Can uterine prolapse be prevented?

Diana Meeks
Diana Meeks on behalf of Sigma Nursing
Family Practitioner

You cannot prevent uterine prolapse with certainty, but you can decrease your risk of developing it by performing exercises to strengthen the muscles and connective tissues in your pelvis. These are called Kegel exercises.

You can also decrease your risk of developing uterine prolapse by reducing or eliminating certain risk factors. For example, if you have a cough you should treat it. If you are a smoker, stopping smoking will probably reduce or eliminate your cough. You should also maintain a normal body weight, avoid lifting heavy objects, and avoid or treat constipation. Topical estrogen therapy after menopause may help prevent the weakening of the pelvic muscles that occurs with age; discuss this course of care with your doctor.

Dr. Jill Rabin
OBGYN (Obstetrician & Gynecologist)

Pelvic organ prolapse may have a genetic component; if one or more of your close female family members (mother/aunt) have experienced this, you may be faced with it as well. This should not stop you from reducing your risk however, remember that an ounce of prevention is surely better than a pound of cure.

For starters, beginning Pelvic Floor Muscle Exercises as early as possible is always a good idea. This will keep your muscles which support the bladder, uterus and rectum as toned as possible. Since 95% of the supports of these organs are the muscles of the pelvic floor this makes sense (only 5% is connective tissue which anchors these organs to the muscles, and these muscles to the bony pelvis). 

To start, identify these muscles by tightening the vagina (same muscle as when you try and stop your urine flow). Once you've identified this you don't need to actually do these exercises while you're urinating since this is not especially helpful and may lead to bladder infections.

Hold this muscle for a count of 5 (5 'Mississippi), relax to a count of 10 and repeat this 5 times (a 'set'). Try and do up to 10 sets per day, then build to 20. You may notice a difference, especially if you've experienced a bit of prolapse before initiating this program. It takes about 6 weeks to actually notice a difference, so don't be discouraged. Your doctor can also prescribe pelvic floor physical therapy for you; there are even vaginal weights or cones to help motivate you!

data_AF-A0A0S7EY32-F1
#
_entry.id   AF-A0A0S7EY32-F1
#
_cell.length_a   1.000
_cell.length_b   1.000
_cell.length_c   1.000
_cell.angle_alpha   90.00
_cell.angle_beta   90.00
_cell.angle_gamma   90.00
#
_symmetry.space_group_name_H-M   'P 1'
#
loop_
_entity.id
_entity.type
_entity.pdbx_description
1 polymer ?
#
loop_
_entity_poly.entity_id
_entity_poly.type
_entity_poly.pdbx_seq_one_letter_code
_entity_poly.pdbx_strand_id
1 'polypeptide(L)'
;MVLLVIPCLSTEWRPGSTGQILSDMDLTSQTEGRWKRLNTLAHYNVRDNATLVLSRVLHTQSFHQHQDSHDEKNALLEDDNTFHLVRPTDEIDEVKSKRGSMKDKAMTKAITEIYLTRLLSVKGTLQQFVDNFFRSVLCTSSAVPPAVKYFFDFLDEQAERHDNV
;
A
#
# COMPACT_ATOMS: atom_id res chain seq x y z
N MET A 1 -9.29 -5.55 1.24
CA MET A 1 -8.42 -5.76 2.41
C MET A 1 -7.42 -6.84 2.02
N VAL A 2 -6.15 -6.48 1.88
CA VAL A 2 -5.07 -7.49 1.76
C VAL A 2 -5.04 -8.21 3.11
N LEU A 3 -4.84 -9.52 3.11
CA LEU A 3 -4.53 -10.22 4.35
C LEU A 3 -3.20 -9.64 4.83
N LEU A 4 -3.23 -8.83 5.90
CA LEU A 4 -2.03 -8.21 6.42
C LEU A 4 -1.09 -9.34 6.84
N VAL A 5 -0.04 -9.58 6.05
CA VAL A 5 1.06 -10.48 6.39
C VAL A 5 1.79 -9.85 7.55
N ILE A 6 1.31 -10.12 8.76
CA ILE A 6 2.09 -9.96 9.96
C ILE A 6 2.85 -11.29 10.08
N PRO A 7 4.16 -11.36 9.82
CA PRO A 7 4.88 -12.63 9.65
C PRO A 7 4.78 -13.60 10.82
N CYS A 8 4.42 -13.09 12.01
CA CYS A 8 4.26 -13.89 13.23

Of course, not smoking or quitting smoking is a good idea for so many health reasons (for you and your family); the chronic cough which usually results plays havoc with your pelvic muscles and really stresses and weakens them.

Other good tips include keeping as optimal a weight as possible (this reduces the stress on your pelvic muscles from above-reduced pressure from your abdominal cavitiy), hydrating enough to avoid constipation (pushing stool out also weakens the pelvic floor), and avoiding repetative heavy lifting (same reason as above).

Patricia Geraghty, NP
Women's Health
The strongest evidence and recommendations for preventing uterine prolapse support strengthening the muscles of the pelvic floor with Kegel exercises and keeping the vaginal tissue well estrogenized. Using local, vaginal estrogen gives the positive effect on vaginal tissue while avoiding systemic estrogen exposure. This may be beneficial for women who should avoid estrogen and for women who do not have any symptoms such as hot flashes where systemic estrogen would be more helpful.

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Important: This content reflects information from various individuals and organizations and may offer alternative or opposing points of view. It should not be used for medical advice, diagnosis or treatment. As always, you should consult with your healthcare provider about your specific health needs.